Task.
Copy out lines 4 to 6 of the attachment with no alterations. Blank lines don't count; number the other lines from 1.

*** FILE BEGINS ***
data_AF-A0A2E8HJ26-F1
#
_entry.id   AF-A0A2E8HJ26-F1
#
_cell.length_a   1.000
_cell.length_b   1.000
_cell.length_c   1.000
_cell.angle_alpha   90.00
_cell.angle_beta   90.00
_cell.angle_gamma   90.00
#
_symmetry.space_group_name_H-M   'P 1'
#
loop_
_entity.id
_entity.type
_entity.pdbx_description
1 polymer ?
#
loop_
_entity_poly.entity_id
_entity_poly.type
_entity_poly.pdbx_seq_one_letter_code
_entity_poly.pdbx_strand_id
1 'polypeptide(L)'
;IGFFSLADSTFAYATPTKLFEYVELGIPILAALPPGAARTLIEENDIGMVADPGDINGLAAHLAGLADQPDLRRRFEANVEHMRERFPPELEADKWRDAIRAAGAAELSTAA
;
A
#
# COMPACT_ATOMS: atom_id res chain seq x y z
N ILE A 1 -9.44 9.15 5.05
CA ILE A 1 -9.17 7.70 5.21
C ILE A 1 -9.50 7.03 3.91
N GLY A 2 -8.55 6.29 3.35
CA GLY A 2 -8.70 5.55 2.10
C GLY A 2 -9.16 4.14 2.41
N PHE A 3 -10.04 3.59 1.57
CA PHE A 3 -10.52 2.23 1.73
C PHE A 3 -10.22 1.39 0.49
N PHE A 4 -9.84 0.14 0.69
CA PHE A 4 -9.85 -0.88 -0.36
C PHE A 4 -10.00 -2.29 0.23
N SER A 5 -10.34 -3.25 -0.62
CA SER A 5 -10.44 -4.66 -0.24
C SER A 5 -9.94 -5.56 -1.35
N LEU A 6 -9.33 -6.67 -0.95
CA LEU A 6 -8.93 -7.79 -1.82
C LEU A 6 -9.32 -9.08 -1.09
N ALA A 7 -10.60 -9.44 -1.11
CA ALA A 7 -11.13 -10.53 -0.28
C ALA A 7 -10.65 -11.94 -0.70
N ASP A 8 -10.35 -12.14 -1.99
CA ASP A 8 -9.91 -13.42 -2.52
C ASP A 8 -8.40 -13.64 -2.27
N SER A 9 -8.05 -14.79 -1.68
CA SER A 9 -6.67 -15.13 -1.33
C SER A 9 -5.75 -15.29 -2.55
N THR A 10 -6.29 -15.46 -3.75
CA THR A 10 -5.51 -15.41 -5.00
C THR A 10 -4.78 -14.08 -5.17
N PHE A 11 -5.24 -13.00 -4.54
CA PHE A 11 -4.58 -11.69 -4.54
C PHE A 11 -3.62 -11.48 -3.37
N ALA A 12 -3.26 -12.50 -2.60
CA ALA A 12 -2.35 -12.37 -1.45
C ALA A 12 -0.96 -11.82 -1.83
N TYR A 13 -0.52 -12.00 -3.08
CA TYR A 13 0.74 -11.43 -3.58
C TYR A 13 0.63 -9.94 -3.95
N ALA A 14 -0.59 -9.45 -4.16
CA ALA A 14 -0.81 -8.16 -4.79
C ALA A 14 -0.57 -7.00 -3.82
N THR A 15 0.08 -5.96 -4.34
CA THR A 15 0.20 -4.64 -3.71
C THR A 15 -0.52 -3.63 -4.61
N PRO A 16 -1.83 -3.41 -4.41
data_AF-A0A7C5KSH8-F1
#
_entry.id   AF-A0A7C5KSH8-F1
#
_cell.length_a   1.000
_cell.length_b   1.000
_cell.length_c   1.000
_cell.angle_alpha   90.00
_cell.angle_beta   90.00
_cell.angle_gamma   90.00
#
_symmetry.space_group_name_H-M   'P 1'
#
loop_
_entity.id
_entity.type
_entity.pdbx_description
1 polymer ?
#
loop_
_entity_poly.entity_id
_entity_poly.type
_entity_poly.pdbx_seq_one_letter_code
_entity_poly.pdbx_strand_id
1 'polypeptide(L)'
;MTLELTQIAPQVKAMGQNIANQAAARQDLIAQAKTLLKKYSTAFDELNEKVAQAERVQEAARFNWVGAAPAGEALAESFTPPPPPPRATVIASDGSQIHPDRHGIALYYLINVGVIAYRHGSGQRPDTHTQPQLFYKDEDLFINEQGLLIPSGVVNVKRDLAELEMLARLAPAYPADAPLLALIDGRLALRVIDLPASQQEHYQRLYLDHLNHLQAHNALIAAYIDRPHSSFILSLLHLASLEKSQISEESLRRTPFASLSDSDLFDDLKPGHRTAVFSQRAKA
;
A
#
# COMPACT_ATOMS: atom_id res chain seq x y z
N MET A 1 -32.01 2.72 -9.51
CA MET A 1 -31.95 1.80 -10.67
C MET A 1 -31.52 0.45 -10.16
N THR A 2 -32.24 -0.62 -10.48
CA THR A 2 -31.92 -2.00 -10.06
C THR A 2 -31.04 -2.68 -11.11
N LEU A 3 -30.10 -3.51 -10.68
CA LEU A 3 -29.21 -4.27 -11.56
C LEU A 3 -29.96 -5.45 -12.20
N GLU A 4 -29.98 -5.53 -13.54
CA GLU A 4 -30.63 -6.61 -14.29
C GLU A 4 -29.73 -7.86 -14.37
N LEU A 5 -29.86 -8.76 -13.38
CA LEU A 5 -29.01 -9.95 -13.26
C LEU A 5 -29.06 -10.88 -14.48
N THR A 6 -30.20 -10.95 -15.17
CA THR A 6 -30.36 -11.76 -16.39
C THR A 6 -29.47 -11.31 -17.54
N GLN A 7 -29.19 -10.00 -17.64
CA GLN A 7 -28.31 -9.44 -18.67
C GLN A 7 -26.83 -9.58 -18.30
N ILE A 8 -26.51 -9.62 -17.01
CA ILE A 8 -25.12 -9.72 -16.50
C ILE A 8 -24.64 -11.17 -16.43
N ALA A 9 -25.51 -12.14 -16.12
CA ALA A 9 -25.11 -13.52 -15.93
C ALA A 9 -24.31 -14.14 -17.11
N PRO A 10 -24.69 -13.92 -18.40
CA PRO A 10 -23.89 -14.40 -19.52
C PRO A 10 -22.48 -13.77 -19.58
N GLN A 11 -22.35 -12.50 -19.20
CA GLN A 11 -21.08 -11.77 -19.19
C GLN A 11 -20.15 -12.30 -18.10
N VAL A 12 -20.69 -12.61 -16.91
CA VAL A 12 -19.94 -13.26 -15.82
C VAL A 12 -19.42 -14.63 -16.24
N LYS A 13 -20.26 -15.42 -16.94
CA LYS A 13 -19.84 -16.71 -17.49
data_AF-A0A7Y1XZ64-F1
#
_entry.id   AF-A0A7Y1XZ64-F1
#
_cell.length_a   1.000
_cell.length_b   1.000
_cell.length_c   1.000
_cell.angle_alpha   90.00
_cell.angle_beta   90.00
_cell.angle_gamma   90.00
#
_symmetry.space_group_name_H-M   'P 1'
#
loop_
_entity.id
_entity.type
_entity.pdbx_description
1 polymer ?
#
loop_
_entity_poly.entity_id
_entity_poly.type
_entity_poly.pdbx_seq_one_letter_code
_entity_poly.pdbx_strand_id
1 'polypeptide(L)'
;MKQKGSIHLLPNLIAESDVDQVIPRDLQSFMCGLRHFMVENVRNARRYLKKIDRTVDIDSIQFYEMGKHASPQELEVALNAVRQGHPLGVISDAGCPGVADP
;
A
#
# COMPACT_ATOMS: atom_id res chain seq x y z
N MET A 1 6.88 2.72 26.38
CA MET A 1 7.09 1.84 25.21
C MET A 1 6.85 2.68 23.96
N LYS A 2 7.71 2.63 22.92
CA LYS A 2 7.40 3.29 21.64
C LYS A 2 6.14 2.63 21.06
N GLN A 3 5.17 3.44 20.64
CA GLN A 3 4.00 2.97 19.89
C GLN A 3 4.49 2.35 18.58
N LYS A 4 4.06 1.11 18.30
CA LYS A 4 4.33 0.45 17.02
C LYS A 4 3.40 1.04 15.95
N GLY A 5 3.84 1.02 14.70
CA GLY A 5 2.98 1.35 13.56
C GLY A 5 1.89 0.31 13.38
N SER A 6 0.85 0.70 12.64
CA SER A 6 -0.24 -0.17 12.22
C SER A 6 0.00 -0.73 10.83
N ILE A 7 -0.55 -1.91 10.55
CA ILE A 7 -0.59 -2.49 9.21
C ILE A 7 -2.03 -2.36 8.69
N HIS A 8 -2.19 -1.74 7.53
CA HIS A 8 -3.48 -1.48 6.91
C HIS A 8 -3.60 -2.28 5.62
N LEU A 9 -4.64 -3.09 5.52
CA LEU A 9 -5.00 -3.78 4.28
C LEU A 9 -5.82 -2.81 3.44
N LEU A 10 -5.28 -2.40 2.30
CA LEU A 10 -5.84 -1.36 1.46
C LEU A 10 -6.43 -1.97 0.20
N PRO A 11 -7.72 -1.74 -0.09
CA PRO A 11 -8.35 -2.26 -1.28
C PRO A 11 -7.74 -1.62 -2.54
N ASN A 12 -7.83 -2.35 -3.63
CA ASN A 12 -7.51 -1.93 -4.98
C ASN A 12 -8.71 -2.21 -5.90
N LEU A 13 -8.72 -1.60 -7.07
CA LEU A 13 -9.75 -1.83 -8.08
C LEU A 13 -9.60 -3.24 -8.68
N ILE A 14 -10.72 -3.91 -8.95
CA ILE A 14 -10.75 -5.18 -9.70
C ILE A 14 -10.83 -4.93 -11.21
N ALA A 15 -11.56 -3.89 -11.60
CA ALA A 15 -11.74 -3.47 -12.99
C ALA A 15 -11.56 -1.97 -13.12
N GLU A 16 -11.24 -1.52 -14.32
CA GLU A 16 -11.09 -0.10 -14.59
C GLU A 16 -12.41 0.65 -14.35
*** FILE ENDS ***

#
_cell.length_a   1.000
_cell.length_b   1.000